An­drew Lit­tle: Labour chameleon

Kapi-Mana News - - OPINION -

In An­drew Lit­tle, that old trio of ‘‘left’’, ‘‘right’’ and ‘‘cen­trist’’ po­lit­i­cal la­bels may have fi­nally met its Water­loo.

The man defies easy cat­e­gori­sa­tion.

Last week for in­stance, as soon as he had won the Labour lead­er­ship – by the nar­row­est pos­si­ble mar­gin – Lit­tle was be­ing de­scribed by com­men­ta­tors as (a) the left-wing crea­ture of the trade unions and (b) the most cen­trist of the four can­di­dates.

They are not easy po­si­tions to oc­cupy si­mul­ta­ne­ously.

For­mer aca­demic Bryan Gould – cur­rently chair­ing a re­view of Labour’s elec­tion cam­paign – has been urg­ing Labour to re­sist la­bels of this sort.

‘‘It cer­tainly suited John Key,’’ Gould told me re­cently, ‘‘to say that any­thing that dif­fered from his pol­icy was ‘far left’.’’ It’s non­sense, Gould in­sists. ‘‘There’s noth­ing ‘far left’ about rais­ing the su­per­an­nu­a­tion age.

‘‘I’m not sure that I nec­es­sar­ily agree with it – but at least it was sup­pos­edly a re­sponse to a le­git­i­mate prob­lem . . .’’

Any sug­ges­tion that Labour should move to­wards the cen­tre is some­thing of a trap, Gould be­lieves.

‘‘What you should be do­ing is put­ting for­ward poli­cies that you think will work, and that will ad­dress the ma­jor is­sues . . . If your op­po­nents want to call that ‘left’, well, you can’t stop them. ‘‘But I don’t think [Labour] should go along with that. Oth­er­wise, you get pushed by your op­po­nents more and more left along this lin­ear spec­trum.’’

Ev­i­dently though, the me­dia feels com­pelled to cre­ate an in­stant sto­ry­line about Lit­tle.

Some have traced the roots of his prag­ma­tism back to his up­bring­ing in a Na­tional Party house­hold.

Ini­tially, the cen­trist tag was at­tached to Lit­tle as a com­pli­ment – as a code for ‘‘not left wing’’ – af­ter he sug­gested that Labour should be will­ing to dump such poli­cies as the cap­i­tal gains tax.

In con­text, Lit­tle’s com­ment seemed far more about the abysmal way that the pol­icy had been mar­keted on the cam­paign trail than a judge­ment on its mer­its.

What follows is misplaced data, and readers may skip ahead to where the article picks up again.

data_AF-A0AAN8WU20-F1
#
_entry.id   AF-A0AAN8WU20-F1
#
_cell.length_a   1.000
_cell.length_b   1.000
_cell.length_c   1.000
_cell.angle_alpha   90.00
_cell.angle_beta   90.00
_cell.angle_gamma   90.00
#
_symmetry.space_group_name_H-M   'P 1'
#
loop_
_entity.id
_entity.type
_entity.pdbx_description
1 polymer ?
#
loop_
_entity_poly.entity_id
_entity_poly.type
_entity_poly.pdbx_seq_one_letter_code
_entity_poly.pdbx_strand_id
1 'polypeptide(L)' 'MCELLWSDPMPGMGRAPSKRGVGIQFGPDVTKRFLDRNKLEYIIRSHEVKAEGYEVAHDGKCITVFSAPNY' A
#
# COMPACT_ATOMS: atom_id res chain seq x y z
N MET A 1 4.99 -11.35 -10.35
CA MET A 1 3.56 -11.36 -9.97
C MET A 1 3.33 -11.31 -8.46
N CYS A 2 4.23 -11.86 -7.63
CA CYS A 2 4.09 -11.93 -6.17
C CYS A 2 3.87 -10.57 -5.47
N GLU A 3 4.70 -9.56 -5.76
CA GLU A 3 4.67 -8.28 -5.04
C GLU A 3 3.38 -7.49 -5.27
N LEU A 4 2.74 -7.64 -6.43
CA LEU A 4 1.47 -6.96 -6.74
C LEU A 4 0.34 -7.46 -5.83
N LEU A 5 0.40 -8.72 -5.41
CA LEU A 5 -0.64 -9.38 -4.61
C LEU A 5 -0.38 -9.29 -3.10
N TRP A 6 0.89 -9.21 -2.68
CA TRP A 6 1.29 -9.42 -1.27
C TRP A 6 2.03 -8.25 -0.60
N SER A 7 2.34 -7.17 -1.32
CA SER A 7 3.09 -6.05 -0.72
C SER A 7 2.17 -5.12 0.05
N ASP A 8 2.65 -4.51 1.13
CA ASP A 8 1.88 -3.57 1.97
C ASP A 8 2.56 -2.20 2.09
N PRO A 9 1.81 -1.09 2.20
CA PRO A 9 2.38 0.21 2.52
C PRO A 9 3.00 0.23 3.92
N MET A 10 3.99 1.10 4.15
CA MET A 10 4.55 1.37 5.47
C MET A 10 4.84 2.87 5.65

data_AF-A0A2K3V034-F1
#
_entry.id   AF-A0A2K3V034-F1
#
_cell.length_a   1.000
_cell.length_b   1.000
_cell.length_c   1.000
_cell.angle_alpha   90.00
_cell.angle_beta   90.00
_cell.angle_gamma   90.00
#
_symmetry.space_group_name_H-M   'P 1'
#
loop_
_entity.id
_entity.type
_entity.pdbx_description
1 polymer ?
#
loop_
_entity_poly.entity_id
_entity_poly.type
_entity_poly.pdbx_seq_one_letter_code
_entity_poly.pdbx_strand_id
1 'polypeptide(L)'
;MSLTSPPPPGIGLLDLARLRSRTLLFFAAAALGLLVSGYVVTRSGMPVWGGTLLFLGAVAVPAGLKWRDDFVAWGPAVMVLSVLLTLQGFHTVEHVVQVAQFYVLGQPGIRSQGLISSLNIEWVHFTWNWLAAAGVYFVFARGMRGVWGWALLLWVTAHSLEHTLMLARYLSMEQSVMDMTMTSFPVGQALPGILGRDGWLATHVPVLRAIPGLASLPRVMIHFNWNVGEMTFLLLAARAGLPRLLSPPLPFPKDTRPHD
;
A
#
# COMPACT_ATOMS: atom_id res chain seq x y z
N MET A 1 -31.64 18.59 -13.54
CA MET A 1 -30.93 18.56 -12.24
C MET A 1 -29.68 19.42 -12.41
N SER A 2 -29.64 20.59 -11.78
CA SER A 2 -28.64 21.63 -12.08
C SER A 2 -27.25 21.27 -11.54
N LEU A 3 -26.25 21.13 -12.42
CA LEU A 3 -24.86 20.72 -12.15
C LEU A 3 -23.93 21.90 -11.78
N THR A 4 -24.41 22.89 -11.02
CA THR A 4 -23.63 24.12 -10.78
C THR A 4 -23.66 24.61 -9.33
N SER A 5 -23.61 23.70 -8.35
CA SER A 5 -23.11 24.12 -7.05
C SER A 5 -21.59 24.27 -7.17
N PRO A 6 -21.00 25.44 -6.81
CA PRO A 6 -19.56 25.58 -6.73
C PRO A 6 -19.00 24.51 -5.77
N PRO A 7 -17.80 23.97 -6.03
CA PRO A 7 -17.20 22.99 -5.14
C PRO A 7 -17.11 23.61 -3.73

For good rea­son, Lit­tle sees his first task as be­ing to im­prove Labour’s chaotic in­ter­nal or­gan­i­sa­tion, be­fore ad­dress­ing any deep mat­ters of ide­o­log­i­cal po­si­tion­ing.

Other at­tempts to cre­ate a nar­ra­tive about Lit­tle have been no more co­her­ent than the ‘‘he’s left wing/no, he’s cen­trist’’ at­tempt.

Mid- week, Lit­tle was be­ing pro­nounced ‘‘ grey’’ under the head­line ‘‘Is New Zealand ready for a grey Prime Min­is­ter?’’

Si­mul­ta­ne­ously though, the same news out­let also de­picted him as a no-non­sense straight­shooter under the head­line ‘‘Lit­tle Shoots From The Lip’’.

So, is he Mr Bor­ing or is he Clint East­wood? So hard to tell, thus far.

One thing stands in Lit­tle’s favour. On some re­cent polling, John Key seems more pop­u­lar than the gov­ern­ment he leads.

Con­se­quently, there would be few gains for Lit­tle in seek­ing to mimic the Key Gov­ern­ment’s so­cial and eco­nomic pol­icy agenda in a quest for ‘‘cred­i­bil­ity’’ as de­fined by the main­stream me­dia.

It is not Hap­py­land out there.

On cur­rent set­tings, many Gen X and mil­len­nial vot­ers face the prospect of pay­ing off their stu­dent debt with their pen­sions, while liv­ing in rented ac­com­mo­da­tion and caring for their aged boomer par­ents, as the eco-sys­tem col­lapses out­side.

If Labour can­not make po­lit­i­cal gains in 2015 from that en­tirely plau­si­ble out­look, it will be need­ing to do far more than change its leader next time.

No fixed abode: An­drew Lit­tle is at once left, right and cen­trist.


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